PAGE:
A herbal medicine containing turmeric was given to dogs with ringworm in a study of 2001, and 21 were cured within two weeks 10

Naturally not all these studies are conclusive, but there is a growing body of scientific evidence to add to the centuries of use in traditional medicine that confirms the effectiveness of turmeric in many inflammatory conditions.

I have been advising and prescribing turmeric for my canine patients for many years in my veterinary practice, and I can confirm from my personal experience that I find it an invaluable tool in my natural medicine kit to help in the treatment of inflammation and to relieve the symptoms of pain and discomfort caused by inflammation.


References
Funk, J., Frye, J., Oyarzo, J., Kuscuoglu, N., Wilson, J., McCaffrey, G., Stafford, G., Chen, G., Lantz, R., Jolad, S., Sólyom, A., Kiela, P. and Timmermann, B. (2006). Efficacy and mechanism of action of turmeric supplements in the treatment of experimental arthritis. Arthritis & Rheumatism, 54(11), pp.3452-3464.
2 Akhtar, N. and Haqqi, T. (2012). Current nutraceuticals in the management of osteoarthritis: a review. Therapeutic Advances in Musculoskeletal Disease, 4(3), pp.181-207.
3 Sokolove, J. and Lepus, C. (2013). Role of inflammation in the pathogenesis of osteoarthritis: latest findings and interpretations. Therapeutic Advances in Musculoskeletal Disease, 5(2), pp.77-94.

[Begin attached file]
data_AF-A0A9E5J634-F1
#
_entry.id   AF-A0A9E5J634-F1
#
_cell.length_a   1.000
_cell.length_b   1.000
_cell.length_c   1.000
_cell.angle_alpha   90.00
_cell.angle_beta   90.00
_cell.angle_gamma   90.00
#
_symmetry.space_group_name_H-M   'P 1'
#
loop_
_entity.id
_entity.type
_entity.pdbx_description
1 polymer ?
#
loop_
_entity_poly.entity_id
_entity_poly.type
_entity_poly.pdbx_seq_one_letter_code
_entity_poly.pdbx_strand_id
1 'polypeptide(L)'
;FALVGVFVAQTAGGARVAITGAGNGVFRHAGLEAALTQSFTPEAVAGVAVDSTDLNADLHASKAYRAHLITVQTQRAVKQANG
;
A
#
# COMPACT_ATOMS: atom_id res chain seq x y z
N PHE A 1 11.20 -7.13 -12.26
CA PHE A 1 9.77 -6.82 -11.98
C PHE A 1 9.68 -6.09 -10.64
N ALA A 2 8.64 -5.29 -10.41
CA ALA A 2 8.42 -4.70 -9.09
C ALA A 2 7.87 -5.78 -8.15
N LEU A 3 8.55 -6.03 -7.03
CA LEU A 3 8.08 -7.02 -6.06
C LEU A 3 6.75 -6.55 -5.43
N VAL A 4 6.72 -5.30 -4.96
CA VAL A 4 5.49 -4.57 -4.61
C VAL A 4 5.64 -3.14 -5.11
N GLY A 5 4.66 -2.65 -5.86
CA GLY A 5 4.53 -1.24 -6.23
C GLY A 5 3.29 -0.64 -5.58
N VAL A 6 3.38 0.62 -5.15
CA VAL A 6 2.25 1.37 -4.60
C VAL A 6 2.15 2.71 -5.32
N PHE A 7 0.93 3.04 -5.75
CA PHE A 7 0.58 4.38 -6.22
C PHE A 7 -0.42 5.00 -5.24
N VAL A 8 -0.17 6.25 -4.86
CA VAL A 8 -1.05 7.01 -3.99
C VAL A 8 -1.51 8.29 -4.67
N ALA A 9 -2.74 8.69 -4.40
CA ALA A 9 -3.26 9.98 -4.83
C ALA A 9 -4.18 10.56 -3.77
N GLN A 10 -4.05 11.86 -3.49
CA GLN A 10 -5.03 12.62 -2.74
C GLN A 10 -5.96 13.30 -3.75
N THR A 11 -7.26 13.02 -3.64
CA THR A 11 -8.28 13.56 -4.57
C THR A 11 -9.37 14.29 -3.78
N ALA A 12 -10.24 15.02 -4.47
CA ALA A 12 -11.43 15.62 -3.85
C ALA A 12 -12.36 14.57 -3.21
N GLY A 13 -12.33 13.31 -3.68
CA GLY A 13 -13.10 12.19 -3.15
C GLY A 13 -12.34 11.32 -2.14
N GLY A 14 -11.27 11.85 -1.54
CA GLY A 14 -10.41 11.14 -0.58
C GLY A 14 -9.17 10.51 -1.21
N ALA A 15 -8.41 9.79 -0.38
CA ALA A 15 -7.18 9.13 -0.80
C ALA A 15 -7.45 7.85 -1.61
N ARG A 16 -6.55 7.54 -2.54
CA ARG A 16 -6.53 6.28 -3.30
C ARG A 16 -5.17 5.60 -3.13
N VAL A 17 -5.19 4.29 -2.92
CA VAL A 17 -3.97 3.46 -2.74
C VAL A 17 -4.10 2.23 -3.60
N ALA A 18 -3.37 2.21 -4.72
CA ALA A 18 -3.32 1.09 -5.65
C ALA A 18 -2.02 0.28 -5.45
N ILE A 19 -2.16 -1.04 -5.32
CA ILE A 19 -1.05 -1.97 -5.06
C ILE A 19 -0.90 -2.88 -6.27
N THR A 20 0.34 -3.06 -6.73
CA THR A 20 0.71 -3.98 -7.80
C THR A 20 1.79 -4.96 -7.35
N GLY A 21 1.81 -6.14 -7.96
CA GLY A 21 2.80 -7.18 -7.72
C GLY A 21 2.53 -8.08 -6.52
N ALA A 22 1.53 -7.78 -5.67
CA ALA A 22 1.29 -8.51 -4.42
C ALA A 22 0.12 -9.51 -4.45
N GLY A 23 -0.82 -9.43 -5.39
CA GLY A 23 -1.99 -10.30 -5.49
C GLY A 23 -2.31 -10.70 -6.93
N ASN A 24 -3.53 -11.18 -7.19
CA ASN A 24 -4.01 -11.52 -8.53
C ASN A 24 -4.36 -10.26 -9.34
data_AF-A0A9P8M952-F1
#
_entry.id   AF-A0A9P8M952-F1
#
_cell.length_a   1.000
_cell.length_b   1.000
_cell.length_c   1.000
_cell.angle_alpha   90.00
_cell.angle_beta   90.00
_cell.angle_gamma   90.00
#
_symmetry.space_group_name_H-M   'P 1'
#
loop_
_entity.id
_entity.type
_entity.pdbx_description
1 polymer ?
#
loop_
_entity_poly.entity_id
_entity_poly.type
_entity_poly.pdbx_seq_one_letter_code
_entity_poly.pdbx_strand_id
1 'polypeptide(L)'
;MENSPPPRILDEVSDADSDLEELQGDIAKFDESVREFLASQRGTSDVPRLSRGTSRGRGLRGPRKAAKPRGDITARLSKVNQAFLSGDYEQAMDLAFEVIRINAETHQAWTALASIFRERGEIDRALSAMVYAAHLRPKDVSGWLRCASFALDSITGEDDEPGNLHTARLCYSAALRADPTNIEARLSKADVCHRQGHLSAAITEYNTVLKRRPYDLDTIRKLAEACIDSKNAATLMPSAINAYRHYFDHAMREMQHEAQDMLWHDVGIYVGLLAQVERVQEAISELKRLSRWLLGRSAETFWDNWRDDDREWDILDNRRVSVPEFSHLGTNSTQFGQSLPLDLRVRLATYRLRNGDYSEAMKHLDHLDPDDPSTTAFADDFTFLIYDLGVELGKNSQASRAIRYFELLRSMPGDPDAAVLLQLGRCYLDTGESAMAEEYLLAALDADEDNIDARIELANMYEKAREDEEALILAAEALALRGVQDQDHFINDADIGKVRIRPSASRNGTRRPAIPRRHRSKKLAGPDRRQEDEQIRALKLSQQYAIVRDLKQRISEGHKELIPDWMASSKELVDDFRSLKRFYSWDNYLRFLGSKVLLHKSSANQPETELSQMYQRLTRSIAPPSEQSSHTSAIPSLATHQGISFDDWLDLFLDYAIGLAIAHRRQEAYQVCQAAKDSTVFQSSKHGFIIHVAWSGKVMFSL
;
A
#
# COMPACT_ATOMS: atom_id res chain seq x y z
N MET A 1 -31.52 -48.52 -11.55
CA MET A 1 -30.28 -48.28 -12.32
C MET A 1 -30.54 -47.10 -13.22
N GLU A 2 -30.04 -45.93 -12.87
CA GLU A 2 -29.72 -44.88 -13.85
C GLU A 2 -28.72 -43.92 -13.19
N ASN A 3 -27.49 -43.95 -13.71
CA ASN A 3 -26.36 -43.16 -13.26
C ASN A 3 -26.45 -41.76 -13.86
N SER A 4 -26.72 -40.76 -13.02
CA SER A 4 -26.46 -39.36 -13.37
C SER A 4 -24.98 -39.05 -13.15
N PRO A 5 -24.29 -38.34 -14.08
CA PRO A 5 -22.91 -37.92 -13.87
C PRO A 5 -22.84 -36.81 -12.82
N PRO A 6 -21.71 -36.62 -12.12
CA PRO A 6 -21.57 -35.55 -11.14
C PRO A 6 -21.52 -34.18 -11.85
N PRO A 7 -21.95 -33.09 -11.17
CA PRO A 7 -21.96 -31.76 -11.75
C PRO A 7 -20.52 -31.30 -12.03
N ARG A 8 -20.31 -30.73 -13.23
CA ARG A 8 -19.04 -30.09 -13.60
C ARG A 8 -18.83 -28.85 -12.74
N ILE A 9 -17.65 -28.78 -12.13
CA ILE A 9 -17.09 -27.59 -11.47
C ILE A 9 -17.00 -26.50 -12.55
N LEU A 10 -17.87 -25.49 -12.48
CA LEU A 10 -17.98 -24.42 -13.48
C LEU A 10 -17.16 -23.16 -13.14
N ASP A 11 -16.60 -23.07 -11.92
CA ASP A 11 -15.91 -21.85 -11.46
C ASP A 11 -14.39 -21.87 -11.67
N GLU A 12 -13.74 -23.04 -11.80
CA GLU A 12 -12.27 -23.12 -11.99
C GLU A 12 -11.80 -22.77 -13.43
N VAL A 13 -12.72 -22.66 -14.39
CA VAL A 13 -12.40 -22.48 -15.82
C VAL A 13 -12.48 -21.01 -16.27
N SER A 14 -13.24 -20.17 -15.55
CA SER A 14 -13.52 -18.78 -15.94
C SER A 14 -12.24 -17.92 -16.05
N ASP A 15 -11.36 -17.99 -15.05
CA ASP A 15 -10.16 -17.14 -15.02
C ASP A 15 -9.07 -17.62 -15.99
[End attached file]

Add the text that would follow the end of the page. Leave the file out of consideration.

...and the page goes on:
4 Kuptniratsaikul, V., Dajpratham, P., Taechaarpornkul, W., Buntragulpoontawee, M., Lukkanapichonchut, P., Chootip, C., Saengsuwan, J., Tantayakom, K. and Laongpech, S. (2014). Efficacy and safety of Curcuma domestica extracts compared with ibuprofen in patients with knee osteoarthritis: a multicenter study. Clinical Interventions in Aging, p.451.
5 Takada, Y., Bhardwaj, A., Potdar, P. and Aggarwal, B.B., 2004. Nonsteroidal anti-inflammatory agents differ in their ability to suppress NF-κB activation, inhibition of expression of cyclooxygenase-2 and cyclin D1, and abrogation of tumor cell proliferation. Oncogene, 23(57), p.9247.
6 Sgorlon, S., Stefanon, B., Sandri, M. and Colitti, M., 2016. Nutrigenomic activity of plant derived compounds in health and disease: Results of a dietary intervention study in dog. Research in veterinary science, 109, pp.142-148.
7 Hanai, H. and Sugimoto, K., 2009. Curcumin has bright prospects for the treatment of inflammatory bowel disease. Current pharmaceutical design, 15(18), pp.2087-2094.
8 Bundy, R., Walker, A.F., Middleton, R.W. and Booth, J., 2004. Turmeric extract may improve irritable bowel syndrome symptomology in otherwise healthy adults: a pilot study. Journal of Alternative & Complementary Medicine, 10(6), pp.1015-1018.
9 Yu, Y., Wu, S., Li, J., Wang, R., Xie, X., Yu, X., Pan, J., Xu, Y. and Zheng, L., 2015. The effect of curcumin on the brain-gut axis in rat model of irritable bowel syndrome: involvement of 5-HT-dependent signalling. Metabolic brain disease, 30(1), pp.47-55. 10Luthra, P.M., Singh, R. and Chandra, R., 2001. Therapeutic uses of Curcuma longa (turmeric). Indian Journal of Clinical Biochemistry, 16(2), pp.153-160.

 

Nothing beats a healthy, balanced diet to provide all the nutrients we need. But when this isn't possible, supplements can help. This article isn't intended to replace medical advice. Please consult your healthcare professional before trying supplements or herbal medicines.